[2016] – In the first half of 2016, the league will be contested between thirty teams. Three teams will be relegated to and one team will be promoted from Primera B Nacional.
[2016-17] – From August 2016 to June 2017, the league will be contested between twenty-eight teams. Four teams will be relegated to and two teams will be promoted from Primera B Nacional.
[2017-18] – From August 2017 to June 2018, the league will be contested between twenty-six teams. Four teams will be relegated to and two teams will be promoted from Primera B Nacional.
[2018-19] – From August 2018 to June 2019, the league will be contested between twenty-four teams. Four teams will be relegated to and two teams will be promoted from Primera B Nacional.

As the Buenos Aires Herald notes in an editorial from 27 November 2014,…{excerpt}…” Did nobody dare to question Grondona’s judgement even if this form of honouring him is akin to erecting a statue with built-in demolition plans? Or is there a hidden political agenda with the idea of creating the illusion of a more federal soccer for the election year of 2015, even if it is impossible to maintain in the long term?”…{end of excerpt at Passion of multitudes (of clubs) at}

Locations of the 10 newly-promoted clubs (promoted in December 2014), and the colossal irony that most are actually NOT from the hinterlands…
A couple of these 10 newly-promoted clubs will be coming from the outer provinces, where few if any clubs are ever in the top flight in Argentina. But most of these 10 newly-promoted clubs are actually coming from the traditionally-allowed-in-the-1st-division areas of Buenos Aires province and Santa Fe province.

3 of the 10 newly-promoted clubs are from Buenos Aires Federal District…Nueva Chicago (now with 7 seasons played in the first division [counting 2015], previously in 2006-07), and two perennial first division clubs: Huracán (now with 73 seasons in the first division, previously in 2009-10); and Argentinos Juniors (now with 65 seasons in the first division, previously in 2013-14). Also one newly-promoted club is from Greater Buenos Aires, from just south of Banfield in the far southern suburbs – Temperley (now with 9 seasons in the first division, previously in 1986-87). Also, two clubs, one of whom is making their first division debut in 2015, are from outlying parts of Buenos Aires province – top-flight-newcomers Aldosivi (from Mar del Plata, which is on the Atlantic Ocean and located around 410 km or around 255 miles south-east of Buenos Aires by road); and Sarmiento, from Junín, which is located near the border of Santa Fe province around 267 km or around 166 miles west of Buenos Aires by road (Sarmiento were previously in the 1st division (Nacional) for a 2-season-spell in 1981 and 1982; this [2015] will be their 3rd season in the 1st division). Also, two newly-promoted clubs are both from the city of Santa Fe in Santa Fe province – one is an old first division standby – Colón (now with 36 seasons in the first division, previously in 2013-14); the other club being promoted up from Santa Fe is also with many years as a top flight team – Unión de Santa Fe (now with 30 seasons in the first division, previously in 2012-13).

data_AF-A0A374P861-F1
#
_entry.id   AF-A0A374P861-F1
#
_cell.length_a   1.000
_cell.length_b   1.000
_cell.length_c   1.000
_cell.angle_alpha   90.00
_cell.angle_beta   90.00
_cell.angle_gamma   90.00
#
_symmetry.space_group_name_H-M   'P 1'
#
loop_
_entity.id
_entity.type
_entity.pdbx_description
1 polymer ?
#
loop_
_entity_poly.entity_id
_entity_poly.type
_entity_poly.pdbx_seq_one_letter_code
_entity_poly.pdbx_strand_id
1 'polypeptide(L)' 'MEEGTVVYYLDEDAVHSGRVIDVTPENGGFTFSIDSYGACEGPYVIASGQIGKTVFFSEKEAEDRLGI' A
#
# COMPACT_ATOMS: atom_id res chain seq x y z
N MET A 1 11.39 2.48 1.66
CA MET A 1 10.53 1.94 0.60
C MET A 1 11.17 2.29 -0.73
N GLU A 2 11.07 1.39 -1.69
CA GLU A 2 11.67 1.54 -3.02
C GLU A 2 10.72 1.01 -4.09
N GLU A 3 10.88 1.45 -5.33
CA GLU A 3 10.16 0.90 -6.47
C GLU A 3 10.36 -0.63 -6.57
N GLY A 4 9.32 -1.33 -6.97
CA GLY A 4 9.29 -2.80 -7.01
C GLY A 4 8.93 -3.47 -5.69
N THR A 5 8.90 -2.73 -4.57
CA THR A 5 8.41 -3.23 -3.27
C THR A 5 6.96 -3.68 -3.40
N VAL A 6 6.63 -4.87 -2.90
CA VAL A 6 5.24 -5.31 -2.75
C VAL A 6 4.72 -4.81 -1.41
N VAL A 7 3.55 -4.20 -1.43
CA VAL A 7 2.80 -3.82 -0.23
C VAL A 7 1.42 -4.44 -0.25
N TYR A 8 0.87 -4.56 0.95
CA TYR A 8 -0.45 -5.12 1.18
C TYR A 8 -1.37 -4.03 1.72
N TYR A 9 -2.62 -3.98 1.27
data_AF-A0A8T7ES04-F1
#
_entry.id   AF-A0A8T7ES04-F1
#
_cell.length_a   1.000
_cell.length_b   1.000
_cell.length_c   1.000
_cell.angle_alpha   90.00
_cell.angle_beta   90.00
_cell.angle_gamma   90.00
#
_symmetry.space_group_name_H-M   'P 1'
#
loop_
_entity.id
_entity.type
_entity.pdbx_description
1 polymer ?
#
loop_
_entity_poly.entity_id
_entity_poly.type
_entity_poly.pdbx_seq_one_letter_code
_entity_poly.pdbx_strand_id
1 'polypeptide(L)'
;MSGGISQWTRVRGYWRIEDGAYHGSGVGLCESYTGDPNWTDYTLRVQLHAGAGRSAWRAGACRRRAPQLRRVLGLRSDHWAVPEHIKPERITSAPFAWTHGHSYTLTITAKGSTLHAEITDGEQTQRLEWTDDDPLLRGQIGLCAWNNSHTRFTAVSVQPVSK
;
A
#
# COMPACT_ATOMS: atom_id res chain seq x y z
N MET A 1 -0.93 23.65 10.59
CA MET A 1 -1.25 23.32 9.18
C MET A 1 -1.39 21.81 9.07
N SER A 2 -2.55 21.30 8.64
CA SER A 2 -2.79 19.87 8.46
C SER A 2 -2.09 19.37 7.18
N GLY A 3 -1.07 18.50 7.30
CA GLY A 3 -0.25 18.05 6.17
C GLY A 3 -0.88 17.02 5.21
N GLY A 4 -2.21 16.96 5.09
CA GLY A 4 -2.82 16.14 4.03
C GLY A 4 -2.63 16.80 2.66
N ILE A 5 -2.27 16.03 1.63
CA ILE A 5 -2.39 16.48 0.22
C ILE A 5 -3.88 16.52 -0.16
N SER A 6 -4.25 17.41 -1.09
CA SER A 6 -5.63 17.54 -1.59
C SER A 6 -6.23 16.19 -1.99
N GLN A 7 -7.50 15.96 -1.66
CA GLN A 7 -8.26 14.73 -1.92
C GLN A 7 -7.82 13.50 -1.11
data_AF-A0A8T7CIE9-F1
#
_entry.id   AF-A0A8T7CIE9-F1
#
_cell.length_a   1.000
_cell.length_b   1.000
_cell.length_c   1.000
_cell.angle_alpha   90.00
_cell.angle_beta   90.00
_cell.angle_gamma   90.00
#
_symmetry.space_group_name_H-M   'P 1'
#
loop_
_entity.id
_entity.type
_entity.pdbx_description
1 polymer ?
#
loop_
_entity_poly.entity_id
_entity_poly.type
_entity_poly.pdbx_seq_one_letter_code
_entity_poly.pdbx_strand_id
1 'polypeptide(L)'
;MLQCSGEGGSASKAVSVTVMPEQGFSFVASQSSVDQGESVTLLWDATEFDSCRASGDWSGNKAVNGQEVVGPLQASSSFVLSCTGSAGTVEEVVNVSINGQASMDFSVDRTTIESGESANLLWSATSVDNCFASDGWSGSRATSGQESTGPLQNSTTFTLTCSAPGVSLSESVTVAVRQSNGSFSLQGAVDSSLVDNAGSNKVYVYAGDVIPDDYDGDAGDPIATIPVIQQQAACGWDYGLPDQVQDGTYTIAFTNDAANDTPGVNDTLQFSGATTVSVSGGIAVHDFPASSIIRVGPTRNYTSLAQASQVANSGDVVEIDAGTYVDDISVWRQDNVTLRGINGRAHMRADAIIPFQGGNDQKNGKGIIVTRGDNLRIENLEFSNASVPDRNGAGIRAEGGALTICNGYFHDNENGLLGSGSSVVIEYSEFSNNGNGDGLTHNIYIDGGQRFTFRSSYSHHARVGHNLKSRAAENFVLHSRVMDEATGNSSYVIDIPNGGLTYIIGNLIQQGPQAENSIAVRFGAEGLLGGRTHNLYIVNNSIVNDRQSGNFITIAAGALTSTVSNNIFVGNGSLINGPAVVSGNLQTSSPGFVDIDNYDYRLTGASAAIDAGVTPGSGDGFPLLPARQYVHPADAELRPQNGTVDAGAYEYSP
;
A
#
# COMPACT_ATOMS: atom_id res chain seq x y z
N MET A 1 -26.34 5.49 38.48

So that means that just 2 (or maybe 3) of the 10 newly-promoted clubs are actually from the hinterlands (the hinterlands being the areas that weren’t allowed to have clubs in the 1st division before 1967).
[Note: by saying "(or maybe 3)" in the sentence above, I am referring to Aldosivi of Mar del Plata, because it is kind of debatable if the authorities would have ever let in Aldosivi into the pre-1967 era first division, had they been slated for promotion. But they almost certainly would have let in Sarmiento, seeing as how Sarmiento's location in Junín is basically halfway from Buenos Aires to the allowed-in-the-1st-division city of Rosario.] The two newly-promoted clubs that are actually from the hinterlands are the following… San Martín (SJ) (now with 4 seasons in the first division, previously in 212-13), from the city of San Juan (metro-area population of around 453,000) in the arid San Juan province in the far west of the country near the border with Chile. And first-division-newcomers Crucero del Norte, who are a very new club (est. 1989), from Garupá, a suburb of Posadas (metro-area population of around 334,000), which is in the sub-tropical Misiones province in the far north-east of the country near the borders with Paraguay and Brazil.

That seems like a small yield for all the effort of the 10-team-promotion…whose aim was to put more clubs from the hinterlands into the top tier. And it is indicative of the reason the late Julio Grondona really wanted to expand the first division even more – to 38 teams…because allowing “just” 10 more teams into the top flight would probably end up promoting many clubs that were not from the hinterlands. And that is exactly what has happened.

The map page
The map page features a basic location-map-with-inset-map (inset-map for Greater Buenos Aires). The Argentina National Professional Titles list (1931 to 2014-Transicion) is at the upper-right-hand corner of the map page. At the right-hand-side of the map page I have also included a chart that shows three items for each of the 30 clubs: 1). national pro titles (and year of last title), 2). seasons in the 1st division, and 3). each club’s stadium capacity (sorry I could not include last season’s average attendance figures, but unfortunately for several reasons including corruption and tax-dodging, the reporting of attendance figures in Argentine football is a thing that simply does not exist). On the map and on the Greater Buenos Aires inset map, I have listed the estimated metropolitan-area (aka urban area) populations of each city which has 1st division representation in 2015. I have also listed the estimated populations of all barrios (neighborhoods) of Buenos Aires Federal District which have 1st division representation in 2015. Those populations are found in gray boxes adjacent to each club’s crest (sources can be found immediately below). I have also shown on the map the 8 largest cities in Argentina (all cities in the country with a metro-area population above 500,000). (The 8 largest cities in Argentina, in order of metro-area population, are: Buenos Aires, Córdoba, Rosario, Mendoza, Tucumán, La Plata, Mar del Plata, Salta.)